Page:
Theremin Fountain with C# and the Arduino Uno

Alex Sparkman (@alexpsparkman)
august 7th, 2014


I want to create a fountain that can entertain guests. Namely, I want to be able to control the flow of the fountain with my hand. Recently, at our last summit, Jay Hannah introduced me to the Leap Motion, which is basically a Kinect for the hands. A little research introduced me to Arduino, an open source solution for programming microcontrollers.

The fountain will be built using base electrical components. The actual physical basins for the water may be taken from an existing fountain, but I plan on making that decision later. This post details my initial goals for the project, as well as the first steps I took towards a side-project, and the coding hurdles I had to overcome to complete the side-project.

My Initial Project Goals

I need a protocol for reliable in-order communication. Transmitting data over wires involves sending a signal over a wire. Of course, signals may be changed by electro-magnetic radiation. Consequently, communication over wires is not error proof. This means that I need an algorithm that can detect mistakes.

I need housing for the electrical components that insulates from humidity and moisture. A failure with a project like this could potentially result in moldy carpet. This is mainly a safety precaution, but it offers an opportunity to take my electronic projects outdoors.

Since the project is going to be outside, I need to be able to communicate to the device wirelessly. In addition, the Leap Motion is bound to a device that has a little more computing power than a microcontroller. The device I plan to use is either my desktop, or my laptop.

I need multiple circuits to be able to work together with incompatible voltages. The microcontroller has a max operating voltage of five volts. Most commercially available direct current pumps have a minimal operating voltage of about 12 volts. Connecting the microcontroller circuit with the water pump circuit will fry the microcontroller.

I want the wiring to be out of the way, but disconnectable. I want the fountain to be aesthetically pleasing. In my experience, if a wire is out of the way, it usually means it is less accessible. The right balance will likely require some experience.

My First Steps

I decided the best way to complete this project is to complete some mini-projects. The large project has a large price tag. I am new to circuits. Circuits cost money, and can easily be damaged if not handled correctly.

This post describes my first project — a theremin. A theremin is a musical instrument whose pitch is controlled by the position of the player’s hand in the air. My theremin consisted of a Leap Motion, a laptop, Arduino, and a piezo. The Leap Motion detected the hand, the computer interpreted the hand’s position, translated it into bytes, and sent it over the port. The Arduino received the bytes from the computer, and controlled the piezo through pulse width modulation.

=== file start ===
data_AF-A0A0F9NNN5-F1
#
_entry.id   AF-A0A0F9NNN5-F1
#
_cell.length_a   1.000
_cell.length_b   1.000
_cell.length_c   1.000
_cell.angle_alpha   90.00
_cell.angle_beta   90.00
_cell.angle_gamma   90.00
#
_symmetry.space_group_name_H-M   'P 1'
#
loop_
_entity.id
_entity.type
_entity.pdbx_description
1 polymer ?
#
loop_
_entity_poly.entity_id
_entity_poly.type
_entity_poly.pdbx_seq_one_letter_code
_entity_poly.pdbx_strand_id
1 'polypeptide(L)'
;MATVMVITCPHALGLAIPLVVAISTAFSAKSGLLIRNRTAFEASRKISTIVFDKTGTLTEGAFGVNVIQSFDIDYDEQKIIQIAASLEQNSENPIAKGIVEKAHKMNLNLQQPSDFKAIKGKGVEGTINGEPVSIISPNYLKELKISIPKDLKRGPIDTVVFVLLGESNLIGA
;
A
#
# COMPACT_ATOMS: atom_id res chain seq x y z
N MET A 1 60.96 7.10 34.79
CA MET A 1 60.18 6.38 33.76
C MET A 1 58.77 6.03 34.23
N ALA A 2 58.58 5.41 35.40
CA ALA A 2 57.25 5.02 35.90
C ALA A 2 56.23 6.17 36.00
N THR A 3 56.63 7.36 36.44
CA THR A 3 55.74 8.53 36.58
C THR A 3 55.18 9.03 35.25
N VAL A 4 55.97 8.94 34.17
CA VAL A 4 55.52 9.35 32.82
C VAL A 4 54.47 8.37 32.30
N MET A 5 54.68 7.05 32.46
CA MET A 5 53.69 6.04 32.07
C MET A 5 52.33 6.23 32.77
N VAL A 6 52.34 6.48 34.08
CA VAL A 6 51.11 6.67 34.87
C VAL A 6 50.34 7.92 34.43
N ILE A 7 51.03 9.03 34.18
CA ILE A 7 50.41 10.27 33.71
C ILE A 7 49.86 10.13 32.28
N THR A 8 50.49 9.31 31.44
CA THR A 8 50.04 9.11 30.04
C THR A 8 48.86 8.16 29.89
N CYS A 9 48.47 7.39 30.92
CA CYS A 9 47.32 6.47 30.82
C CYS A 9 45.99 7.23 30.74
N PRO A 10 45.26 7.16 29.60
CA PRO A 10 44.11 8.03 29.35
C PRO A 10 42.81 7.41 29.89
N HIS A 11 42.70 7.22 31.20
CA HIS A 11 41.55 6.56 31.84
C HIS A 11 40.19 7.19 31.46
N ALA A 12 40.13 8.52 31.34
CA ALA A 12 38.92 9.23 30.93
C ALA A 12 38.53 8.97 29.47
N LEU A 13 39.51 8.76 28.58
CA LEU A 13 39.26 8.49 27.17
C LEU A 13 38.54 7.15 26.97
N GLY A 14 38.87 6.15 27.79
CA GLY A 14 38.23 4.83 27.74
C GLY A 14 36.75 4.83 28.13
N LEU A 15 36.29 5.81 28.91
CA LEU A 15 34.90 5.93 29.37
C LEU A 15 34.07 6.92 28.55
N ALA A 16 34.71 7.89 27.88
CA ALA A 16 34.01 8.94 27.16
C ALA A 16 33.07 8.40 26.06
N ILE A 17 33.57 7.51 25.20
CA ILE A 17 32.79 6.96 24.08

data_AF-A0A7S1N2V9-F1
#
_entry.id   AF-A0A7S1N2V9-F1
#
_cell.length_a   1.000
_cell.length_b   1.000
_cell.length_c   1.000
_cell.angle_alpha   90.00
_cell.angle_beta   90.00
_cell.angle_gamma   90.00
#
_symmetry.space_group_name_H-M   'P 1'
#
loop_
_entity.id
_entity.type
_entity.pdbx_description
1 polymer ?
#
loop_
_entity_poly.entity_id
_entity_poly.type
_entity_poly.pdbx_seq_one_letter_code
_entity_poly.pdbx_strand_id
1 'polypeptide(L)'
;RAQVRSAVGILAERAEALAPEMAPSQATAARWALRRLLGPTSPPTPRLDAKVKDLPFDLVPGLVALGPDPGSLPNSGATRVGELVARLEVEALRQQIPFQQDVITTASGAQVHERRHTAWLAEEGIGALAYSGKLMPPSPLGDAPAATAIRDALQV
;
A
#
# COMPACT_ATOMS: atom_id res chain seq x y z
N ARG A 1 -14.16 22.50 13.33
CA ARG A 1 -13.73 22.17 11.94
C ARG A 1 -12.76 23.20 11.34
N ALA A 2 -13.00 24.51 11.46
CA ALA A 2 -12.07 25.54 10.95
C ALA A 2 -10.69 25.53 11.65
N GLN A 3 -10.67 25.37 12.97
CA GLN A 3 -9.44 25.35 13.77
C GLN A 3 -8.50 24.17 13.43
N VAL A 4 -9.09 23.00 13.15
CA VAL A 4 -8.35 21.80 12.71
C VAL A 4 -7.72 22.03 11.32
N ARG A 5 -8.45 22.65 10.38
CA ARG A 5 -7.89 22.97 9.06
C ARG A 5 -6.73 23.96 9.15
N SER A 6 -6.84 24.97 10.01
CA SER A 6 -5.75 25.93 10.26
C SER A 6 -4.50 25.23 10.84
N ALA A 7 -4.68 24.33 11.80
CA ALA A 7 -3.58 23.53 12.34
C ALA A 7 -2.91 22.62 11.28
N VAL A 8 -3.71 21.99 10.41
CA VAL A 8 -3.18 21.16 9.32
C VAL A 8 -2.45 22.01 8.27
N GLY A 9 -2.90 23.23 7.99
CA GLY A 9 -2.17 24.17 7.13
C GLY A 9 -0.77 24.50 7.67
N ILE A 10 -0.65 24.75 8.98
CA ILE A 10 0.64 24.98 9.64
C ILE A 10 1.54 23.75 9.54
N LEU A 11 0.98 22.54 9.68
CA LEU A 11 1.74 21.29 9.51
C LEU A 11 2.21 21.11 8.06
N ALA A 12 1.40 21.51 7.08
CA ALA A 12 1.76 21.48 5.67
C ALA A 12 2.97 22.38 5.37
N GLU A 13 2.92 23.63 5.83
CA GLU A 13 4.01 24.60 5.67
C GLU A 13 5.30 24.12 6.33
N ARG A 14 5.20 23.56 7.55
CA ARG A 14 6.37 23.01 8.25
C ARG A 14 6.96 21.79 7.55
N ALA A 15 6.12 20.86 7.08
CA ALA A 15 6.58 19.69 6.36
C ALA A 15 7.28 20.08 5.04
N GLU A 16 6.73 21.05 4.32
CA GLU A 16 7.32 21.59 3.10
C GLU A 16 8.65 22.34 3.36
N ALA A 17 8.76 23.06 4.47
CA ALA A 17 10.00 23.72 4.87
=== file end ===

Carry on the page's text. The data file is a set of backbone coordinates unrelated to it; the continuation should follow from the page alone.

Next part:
This mini-project shares the goal of creating a reliable in-order communication protocol. I hope this can serve as a guide to other developers looking to implement a reliable in-order communication protocol for their Arduino project. Alternatively, you can use my solution in your own project!

The Code

The code for the project is available on my GitHub account. It is split into three parts. The computer code written in C# is available in the folders beginning with APS. The documentation is available in the folder named Docs. Finally, the Arduino code written in C++ is available in the fountain folder. The wiring is as shown.

Arduino Theremin

I have met all the goals for the communication protocol laid out above. The messages that are sent ignore all the associated timing data, and just play the most recently sent note for 100 milliseconds. Adapting the Arduino code to use the timing data will require the use of interrupts that use the on-chip timers. Those interrupts are abstracted away from the open source Arduino code. Thus in order to use timer-based interrupts I need to spend time finding the applicable sections in the 660 page datasheet.

The Pitfalls

Missing Bytes

The first problem I ran into was that the Read methods of the .NET SerialPort class would skip bytes that had errors. It would not throw an exception or indicate an error.

I added a stop and start byte, an escaping scheme, and a fixed length to all messages. The message layouts can be viewed in the Excel spreadsheet in the project’s GitHub repo. The ESCAPE byte is always greater than 192, meaning it will never be treated as a start or stop byte. The SIZE_SEQ byte, as well as all the INFO_X bytes are escaped by setting the bit of the ESCAPE byte according to its position after the ESCAPE byte.

Once the message was modified to have a clear start and beginning, I added a 1-bit sliding window protocol to control retransmission of erroneous bytes. Basically, the sequence number (0 or 1) is tracked on both sides. When a new message is sent the sequence number is inverted. A new message is only sent once the last message has been acknowledged by the receiver through an ACK message, until that time the last message is resent every so often. The C# code for this is seen in the Run method of the Arduino class. The C++ code for this is seen in the implementation of the waitForMessages function in comm.cpp.